- Collecting Events are stored in two date fields (date began and date ended), plus a verbatim field. Date Collected searches on both the began date and end date for collecting events. A range search on Date Collected (e.g. 1980/1985) will find all cataloged items where both the date began and date ended fall within the specified range. Usually you will want to search on Date Collected. The began date and ended date fields can be searched separately for special cases, in particular cases where the collecting date range is poorly constrained. Search on Began Date 1700-01-01 Ended Date 1800-01-01/1899-12-31 to find all material where the began date is not known, but the end date has been constrained to sometime in the 1800s (contrast with Date Collected 1800-01-01/1899-12-31 which finds material where both the start and end dates are in the 1800s).
- Media Type
- Click on (Any) to paste NOT NULL into the field, this will find records where there are any related media.
Keyword Search Help
This help applies only the keyword search, behavior and operators for other searches are different .
- When words are separated by spaces they form a phrase and it is this phrase which is searched for, not the individual words. For example Panama Bay searches for those two words found adjacent to each other (ignoring punctuation and capitalization). Use operators such as Panama & Bay or NEAR((Panama,Bay),3), described below, to find a broader scope of records.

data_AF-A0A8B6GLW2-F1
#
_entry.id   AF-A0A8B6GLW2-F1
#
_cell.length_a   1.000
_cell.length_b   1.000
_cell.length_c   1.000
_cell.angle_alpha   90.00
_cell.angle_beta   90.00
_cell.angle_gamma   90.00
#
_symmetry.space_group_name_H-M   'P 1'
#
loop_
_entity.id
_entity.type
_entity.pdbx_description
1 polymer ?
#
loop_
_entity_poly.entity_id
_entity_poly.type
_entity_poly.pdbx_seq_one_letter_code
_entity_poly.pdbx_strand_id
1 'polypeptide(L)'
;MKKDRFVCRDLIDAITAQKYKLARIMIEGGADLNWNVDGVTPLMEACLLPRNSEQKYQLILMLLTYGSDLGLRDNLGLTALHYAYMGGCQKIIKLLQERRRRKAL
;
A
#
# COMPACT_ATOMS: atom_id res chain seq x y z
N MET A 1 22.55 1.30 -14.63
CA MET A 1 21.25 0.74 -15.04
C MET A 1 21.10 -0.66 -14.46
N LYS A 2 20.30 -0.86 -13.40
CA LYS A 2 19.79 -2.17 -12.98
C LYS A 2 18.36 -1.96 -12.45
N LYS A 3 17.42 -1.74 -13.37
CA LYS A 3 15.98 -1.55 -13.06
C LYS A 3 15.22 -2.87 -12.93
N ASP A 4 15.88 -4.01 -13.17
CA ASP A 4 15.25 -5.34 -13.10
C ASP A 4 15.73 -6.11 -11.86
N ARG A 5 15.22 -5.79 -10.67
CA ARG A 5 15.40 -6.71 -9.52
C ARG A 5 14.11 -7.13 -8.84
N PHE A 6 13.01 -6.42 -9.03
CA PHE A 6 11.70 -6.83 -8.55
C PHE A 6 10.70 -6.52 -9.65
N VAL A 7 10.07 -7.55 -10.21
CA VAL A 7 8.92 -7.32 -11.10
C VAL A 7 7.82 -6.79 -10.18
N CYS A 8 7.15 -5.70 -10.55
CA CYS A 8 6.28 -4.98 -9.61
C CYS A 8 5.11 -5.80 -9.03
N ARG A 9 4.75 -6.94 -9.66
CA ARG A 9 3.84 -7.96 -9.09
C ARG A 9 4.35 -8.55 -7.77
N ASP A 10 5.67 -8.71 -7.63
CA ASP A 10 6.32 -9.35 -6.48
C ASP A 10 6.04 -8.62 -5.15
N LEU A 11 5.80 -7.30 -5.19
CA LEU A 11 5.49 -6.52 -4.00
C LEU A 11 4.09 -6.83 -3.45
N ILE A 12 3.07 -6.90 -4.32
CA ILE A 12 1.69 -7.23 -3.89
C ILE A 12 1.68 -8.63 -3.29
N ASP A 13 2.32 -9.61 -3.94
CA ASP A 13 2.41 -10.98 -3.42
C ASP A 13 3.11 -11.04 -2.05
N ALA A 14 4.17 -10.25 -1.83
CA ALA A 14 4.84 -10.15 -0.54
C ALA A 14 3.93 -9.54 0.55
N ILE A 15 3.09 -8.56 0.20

Keyword Search Operators
- The "and" operator, matches records where the search terms on both sides of the & are present somewhere in the record.
- The "or" operator, matches words where at least one of the search terms is present somewhere in the record.
- The exclamation mark finds records that contain the first term but not the second (e.g., Panama ! Canal). Results returned would include "Panama" but not "Canal".
- The NEAR((term,term2),distance) finds words that are nearby each other (e.g. NEAR((Panama,Bay),3) finds records where Panama and Bay are within three words of each other). Example of results: "San Miguel Id Bay of Panama" and "Bay of Panama, Dan Miguel Id".
- The word equivalence operator, either word is interchangeable in the phrase (e.g., Taboga Island=Id). The results would return rows with "Taboga Island" or "Taboga Id".
- This finds words that are a fuzzy match to the specified term, fuzzy matching can include variations (e.g. misspellings, typos) anywhere in the term (e.g., FUZZY(Taboga)).
- The soundex symbol "$" finds words that sound like the specified term, unlike fuzzy matching, soundex tends to find words that are similar in the first few letters and vary at the end (e.g., $Rongelap finds records that contain words which sound like Rongelap. Soundex can be good for finding alternate endings on specific epithets of taxa).
- The stem operator finds words with the same linguistic stem as the search term, e.g. #forest finds words with the same stem as forest such as forested or forests.
- ( )
- Parentheses can be used to group terms for complex operations (e.g. Basiliscus & (FUZZY(Honduras) | (Panama ! Canal)) will return results with a fuzzy match to Honduras, or Panama but not Canal).
- The percent wildcard, matches any number of characters, e.g. %bridge matches Cambridge, bridge, and Stockbridge.
- The underscore wildcard, matches exactly one character and allows for any character to takes its place.